Deadlocked energy savings talks restart as Bulgarians eye final deal

MEP Miroslav Poche is pessimistic that a deal can be reached anytime soon if member states do not start seriously compromising. [European Parliament]

Bulgaria’s EU presidency wants the European Parliament to put a compromise on the table during fresh talks on energy efficiency on Wednesday night (16 May) in order to unlock negotiations and close the file before July. But MEPs and member states still seem far apart on crucial aspects of energy savings.

Ahead of trilateral talks tonight, negotiators from the Commission, Council and Parliament met in what was billed as a ‘practice trilogue’ to hash out where each institution currently stands and provide clues on where compromises can be made.

Head of the Commission’s energy directorate, Dominique Ristori, insisted during the meeting, organised by the Coalition for Energy Savings, that lawmakers are “closer than ever” to a final deal on legislation (EED) that is considered to be crucial to the EU’s future energy plans.

But Czech MEP Miroslav Poche (S&D group), who represents the Parliament, said he was “more pessimistic” than his Commission and national counterparts and warned that compromises already tabled in April were effectively ignored by the Council.

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Bulgaria’s deputy energy minister, Zhecho Stankov, speaking of behalf of the Presidency, denied that accusation, revealing that member states have now granted Bulgaria a mandate to negotiate an overall energy efficiency target of “beyond 30%”; a previous redline.

That concession has been billed as a significant step forward and divisions now focus on whether the overall target should be binding, as well as the finer details of the all-important Article 7 on annual savings.

Stankov was clear that the best way forward is for negotiators to put something on the table, as “even less ambitious countries” are now ready to come up from their previously rigid positions.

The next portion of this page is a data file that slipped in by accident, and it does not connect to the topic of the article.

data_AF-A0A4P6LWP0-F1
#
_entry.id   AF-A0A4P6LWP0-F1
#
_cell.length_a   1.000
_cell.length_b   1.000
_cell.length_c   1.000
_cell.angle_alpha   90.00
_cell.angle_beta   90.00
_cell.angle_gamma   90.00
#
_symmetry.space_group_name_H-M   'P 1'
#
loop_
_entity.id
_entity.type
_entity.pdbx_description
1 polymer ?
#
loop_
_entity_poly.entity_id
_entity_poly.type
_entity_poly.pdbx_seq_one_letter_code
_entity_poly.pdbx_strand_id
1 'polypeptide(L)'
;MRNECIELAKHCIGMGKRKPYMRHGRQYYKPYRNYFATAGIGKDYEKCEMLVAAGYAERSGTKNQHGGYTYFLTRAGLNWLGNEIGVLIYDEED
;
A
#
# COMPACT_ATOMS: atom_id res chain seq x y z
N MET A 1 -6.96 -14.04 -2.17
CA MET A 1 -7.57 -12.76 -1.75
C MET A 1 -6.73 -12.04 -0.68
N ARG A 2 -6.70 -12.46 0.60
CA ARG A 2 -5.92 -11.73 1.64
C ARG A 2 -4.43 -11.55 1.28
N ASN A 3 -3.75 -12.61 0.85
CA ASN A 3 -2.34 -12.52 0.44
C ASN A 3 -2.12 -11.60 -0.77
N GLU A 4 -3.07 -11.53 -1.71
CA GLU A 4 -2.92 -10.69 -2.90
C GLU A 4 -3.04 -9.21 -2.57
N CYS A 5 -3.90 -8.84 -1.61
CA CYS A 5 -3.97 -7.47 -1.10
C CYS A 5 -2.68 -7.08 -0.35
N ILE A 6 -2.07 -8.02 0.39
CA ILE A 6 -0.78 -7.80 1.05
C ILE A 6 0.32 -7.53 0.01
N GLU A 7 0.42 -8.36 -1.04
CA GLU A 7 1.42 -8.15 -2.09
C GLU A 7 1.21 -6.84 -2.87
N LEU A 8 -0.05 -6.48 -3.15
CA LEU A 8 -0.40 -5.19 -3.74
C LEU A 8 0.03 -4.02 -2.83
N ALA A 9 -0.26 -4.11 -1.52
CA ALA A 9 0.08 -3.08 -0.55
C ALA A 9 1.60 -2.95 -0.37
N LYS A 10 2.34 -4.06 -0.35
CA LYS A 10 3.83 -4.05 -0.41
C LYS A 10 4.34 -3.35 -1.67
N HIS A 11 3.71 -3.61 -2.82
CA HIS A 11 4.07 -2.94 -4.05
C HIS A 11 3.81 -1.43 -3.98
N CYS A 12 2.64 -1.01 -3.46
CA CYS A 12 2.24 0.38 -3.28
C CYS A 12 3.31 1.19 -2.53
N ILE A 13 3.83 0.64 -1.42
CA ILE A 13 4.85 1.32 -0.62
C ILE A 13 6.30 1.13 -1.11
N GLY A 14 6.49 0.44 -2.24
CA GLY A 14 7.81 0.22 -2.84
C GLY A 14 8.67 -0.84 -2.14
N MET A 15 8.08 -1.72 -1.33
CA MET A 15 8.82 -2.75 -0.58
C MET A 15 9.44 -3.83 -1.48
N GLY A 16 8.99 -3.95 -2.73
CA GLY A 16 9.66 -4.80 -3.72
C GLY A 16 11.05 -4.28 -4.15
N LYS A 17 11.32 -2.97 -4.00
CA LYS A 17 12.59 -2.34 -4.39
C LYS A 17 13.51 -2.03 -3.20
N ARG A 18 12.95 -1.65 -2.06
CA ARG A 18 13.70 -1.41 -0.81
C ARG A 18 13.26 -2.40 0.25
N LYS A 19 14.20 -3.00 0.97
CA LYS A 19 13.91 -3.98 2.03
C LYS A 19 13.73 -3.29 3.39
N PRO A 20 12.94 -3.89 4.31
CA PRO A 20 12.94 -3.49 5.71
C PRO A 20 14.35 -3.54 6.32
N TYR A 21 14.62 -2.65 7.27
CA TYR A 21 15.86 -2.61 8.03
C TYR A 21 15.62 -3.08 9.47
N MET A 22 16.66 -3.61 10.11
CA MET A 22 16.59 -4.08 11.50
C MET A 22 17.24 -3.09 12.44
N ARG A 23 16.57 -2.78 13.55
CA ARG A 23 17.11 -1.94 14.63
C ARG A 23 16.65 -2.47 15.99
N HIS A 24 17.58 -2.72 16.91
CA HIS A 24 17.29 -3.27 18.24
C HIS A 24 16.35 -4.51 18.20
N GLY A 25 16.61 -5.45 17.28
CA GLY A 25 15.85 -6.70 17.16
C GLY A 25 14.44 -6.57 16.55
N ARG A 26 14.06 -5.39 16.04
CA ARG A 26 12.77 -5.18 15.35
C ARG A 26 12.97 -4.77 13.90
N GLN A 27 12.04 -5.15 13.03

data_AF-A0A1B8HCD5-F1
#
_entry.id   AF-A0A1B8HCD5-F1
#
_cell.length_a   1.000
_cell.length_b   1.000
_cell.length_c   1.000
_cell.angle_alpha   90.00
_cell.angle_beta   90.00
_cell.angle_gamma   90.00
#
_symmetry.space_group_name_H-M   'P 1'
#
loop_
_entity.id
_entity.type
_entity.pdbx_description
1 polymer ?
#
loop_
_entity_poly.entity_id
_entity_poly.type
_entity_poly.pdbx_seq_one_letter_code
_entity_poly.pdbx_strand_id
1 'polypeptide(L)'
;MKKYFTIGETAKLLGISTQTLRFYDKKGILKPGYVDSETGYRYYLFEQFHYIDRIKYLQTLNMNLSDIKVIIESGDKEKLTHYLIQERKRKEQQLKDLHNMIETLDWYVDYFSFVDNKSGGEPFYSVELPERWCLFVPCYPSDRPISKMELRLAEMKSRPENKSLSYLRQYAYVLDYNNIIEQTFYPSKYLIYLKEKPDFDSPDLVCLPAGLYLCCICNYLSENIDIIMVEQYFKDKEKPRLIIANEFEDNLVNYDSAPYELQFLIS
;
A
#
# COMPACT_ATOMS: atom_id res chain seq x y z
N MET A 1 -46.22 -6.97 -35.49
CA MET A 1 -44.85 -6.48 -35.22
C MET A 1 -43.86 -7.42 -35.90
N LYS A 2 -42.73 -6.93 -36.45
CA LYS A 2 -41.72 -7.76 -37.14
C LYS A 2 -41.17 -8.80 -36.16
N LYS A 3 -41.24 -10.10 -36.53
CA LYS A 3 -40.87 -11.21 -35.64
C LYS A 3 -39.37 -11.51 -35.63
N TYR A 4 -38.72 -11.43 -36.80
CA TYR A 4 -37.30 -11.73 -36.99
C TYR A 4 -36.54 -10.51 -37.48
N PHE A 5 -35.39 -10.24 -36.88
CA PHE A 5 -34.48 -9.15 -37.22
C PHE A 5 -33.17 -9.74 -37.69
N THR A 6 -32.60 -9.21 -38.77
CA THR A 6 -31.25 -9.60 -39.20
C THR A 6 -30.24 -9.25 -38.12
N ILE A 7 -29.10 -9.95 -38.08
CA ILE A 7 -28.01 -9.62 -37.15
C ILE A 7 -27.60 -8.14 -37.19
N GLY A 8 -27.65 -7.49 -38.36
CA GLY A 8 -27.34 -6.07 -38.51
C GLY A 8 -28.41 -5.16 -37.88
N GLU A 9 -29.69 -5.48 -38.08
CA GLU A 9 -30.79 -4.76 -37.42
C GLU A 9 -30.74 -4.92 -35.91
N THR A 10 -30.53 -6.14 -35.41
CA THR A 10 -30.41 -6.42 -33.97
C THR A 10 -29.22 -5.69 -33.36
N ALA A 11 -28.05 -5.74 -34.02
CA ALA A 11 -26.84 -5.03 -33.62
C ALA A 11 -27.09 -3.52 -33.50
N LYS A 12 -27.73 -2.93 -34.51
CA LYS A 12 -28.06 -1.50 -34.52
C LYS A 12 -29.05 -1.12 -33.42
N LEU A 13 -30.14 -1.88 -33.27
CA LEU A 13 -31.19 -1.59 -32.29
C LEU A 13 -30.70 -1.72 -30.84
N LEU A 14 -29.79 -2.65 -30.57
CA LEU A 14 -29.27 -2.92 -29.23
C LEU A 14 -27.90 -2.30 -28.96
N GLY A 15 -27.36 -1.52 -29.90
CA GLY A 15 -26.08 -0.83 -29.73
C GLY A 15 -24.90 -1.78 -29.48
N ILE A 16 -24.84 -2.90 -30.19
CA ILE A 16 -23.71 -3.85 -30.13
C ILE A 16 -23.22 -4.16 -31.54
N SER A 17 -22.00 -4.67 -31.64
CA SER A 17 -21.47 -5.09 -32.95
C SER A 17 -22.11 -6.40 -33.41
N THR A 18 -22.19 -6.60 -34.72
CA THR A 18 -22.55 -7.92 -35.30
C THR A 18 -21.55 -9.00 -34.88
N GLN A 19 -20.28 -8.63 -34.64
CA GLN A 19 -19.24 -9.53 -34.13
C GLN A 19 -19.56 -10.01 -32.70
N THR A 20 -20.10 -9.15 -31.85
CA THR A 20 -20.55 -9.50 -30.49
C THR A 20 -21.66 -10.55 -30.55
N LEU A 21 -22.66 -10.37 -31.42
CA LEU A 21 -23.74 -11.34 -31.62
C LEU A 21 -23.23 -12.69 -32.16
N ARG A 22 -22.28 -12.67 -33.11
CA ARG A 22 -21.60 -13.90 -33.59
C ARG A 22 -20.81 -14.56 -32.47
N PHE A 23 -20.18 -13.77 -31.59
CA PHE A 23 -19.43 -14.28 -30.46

Ristori acknowledged that the EU executive’s initial 30% binding proposal was “insufficient” and confirmed the Commission is now actively pushing for a higher target.

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To bind or not to bind?

Parliament and the Commission are both united in their position that the final deal should be binding, regardless of the figure attached but the Council is still split on the matter.

Stankov urged the Parliament to decide if the binding nature of the legislation is the most important aspect and to make its position clear in tonight’s talks, suggesting that there will be more room for manoeuvre if MEPs plump for non-binding.

Stefan Scheuer of the Coalition for Energy Savings acknowledged that even if the agreement ends up being indicative, at least Article 7 will be binding.

The energy expert added that a majority of countries that have already reported on energy savings under the current rules are on track and that investments are paying off.

However, Scheuer added that every percentage point for the target matters, as even a small increase has the potential to make massive savings across the board.

Rules dating from 2012 are non-binding and positive results could convince the Parliament to compromise on that aspect in order to push for more ambition in the nitty-gritty of the EED.